I have been reading a biography of Thomas Hardy by Ralph Pite. Hardy was taken by the Impressionists. He wrote, according to Pite, "The 'principle' of Impressionism...is: 'that what you carry away with you from a scene is the true feature to grasp; or in other words, what appeals to your own individual eye and heart in particular amid much that does not appeal, and which you therefore omit to record.' Hardy did not want any longer to see 'scenic paintings' of landscapes but instead 'the deeper reality underlying the scenic.'"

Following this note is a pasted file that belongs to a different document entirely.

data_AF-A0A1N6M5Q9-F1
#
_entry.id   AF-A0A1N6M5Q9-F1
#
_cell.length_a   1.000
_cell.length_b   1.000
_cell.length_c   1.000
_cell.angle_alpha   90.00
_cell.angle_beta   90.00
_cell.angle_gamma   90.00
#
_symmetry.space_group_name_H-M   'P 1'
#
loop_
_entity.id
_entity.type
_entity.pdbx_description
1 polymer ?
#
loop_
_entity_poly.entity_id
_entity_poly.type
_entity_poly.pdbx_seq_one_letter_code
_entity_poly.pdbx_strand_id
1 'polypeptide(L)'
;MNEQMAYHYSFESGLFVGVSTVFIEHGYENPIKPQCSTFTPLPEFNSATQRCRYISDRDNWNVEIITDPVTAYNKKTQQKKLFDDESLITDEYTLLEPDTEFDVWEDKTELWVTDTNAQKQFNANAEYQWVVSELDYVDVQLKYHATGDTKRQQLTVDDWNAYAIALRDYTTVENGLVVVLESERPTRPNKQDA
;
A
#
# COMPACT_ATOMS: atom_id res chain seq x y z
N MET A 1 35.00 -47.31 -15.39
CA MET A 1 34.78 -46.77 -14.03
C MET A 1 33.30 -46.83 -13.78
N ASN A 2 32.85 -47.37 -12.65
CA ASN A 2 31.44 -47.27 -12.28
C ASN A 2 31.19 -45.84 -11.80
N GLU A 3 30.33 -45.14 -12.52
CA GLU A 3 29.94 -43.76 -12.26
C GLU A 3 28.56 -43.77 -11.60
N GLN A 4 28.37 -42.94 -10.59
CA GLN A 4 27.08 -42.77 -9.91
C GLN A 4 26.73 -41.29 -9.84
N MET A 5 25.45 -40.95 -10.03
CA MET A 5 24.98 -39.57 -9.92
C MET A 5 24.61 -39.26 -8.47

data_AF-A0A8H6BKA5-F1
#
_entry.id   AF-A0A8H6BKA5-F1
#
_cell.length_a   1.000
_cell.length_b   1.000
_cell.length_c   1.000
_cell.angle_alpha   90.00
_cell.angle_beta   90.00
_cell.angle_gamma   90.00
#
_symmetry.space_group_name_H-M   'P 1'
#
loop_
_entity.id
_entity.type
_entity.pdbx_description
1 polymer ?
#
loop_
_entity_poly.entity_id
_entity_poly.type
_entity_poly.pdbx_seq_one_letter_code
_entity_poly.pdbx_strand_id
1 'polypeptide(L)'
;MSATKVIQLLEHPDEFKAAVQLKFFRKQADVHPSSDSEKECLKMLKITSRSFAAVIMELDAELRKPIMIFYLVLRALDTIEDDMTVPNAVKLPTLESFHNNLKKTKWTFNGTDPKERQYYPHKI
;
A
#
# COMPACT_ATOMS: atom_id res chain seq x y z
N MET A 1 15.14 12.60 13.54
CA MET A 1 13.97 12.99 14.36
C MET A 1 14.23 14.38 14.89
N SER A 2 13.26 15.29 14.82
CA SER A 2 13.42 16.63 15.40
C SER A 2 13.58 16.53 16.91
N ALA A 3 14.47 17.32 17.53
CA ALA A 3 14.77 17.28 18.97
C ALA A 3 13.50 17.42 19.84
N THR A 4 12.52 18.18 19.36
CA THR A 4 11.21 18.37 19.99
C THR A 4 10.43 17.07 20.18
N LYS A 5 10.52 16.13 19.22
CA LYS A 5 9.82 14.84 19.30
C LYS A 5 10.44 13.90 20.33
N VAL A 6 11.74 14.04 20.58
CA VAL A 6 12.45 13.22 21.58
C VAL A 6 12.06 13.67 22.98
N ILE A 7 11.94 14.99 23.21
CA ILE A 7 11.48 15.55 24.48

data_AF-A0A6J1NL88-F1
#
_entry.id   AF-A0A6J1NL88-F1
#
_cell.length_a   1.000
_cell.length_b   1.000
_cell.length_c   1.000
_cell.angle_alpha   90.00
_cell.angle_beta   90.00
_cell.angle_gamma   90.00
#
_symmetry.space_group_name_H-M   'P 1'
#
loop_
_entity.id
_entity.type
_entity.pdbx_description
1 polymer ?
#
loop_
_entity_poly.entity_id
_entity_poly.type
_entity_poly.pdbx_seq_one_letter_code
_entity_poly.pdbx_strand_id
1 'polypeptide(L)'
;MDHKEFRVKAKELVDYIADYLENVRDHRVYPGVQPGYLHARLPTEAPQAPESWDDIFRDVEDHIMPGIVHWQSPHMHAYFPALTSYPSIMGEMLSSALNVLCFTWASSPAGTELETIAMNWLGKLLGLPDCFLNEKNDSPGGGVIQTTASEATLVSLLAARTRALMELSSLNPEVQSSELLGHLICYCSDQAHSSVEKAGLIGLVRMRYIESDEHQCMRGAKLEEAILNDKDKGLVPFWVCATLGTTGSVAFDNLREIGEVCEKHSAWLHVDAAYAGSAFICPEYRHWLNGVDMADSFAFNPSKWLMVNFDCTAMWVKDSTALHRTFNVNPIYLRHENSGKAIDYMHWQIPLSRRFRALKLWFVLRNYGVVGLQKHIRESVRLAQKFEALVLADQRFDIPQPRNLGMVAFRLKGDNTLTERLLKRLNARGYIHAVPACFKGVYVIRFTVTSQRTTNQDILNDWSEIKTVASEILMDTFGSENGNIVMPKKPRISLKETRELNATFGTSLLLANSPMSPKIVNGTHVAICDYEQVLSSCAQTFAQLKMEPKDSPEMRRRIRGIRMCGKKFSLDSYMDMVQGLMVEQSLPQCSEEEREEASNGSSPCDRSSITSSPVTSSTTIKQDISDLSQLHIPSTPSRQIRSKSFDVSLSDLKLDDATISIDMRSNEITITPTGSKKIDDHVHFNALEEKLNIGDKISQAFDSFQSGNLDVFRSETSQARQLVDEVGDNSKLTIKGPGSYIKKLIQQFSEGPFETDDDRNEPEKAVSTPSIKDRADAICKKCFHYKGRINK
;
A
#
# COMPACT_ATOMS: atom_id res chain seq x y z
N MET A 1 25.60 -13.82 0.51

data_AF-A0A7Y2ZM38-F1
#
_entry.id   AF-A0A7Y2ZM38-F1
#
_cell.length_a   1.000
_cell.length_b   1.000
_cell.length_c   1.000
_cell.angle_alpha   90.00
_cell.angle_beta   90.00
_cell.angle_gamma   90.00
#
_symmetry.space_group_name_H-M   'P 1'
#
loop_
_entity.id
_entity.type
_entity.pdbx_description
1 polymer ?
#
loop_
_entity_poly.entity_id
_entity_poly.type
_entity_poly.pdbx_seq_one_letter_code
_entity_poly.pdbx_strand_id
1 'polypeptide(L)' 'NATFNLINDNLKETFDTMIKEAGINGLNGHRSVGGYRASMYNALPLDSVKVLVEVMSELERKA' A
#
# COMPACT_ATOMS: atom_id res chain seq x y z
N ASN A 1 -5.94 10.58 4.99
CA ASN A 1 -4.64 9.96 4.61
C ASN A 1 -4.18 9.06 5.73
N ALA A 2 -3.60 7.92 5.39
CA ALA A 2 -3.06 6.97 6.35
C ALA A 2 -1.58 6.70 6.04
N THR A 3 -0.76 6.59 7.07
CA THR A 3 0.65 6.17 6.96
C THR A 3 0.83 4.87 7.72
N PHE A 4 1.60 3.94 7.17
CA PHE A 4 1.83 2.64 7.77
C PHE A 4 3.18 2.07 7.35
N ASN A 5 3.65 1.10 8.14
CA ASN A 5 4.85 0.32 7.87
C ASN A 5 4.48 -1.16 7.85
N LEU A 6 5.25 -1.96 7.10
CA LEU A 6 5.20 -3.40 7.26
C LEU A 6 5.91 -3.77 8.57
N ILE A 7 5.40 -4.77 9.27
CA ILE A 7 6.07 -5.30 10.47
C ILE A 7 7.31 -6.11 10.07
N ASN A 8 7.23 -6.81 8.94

That approach may seem trite or obvious today, but, if so, we forget what a revelation it once was, and maybe one needs to recapture that revelation.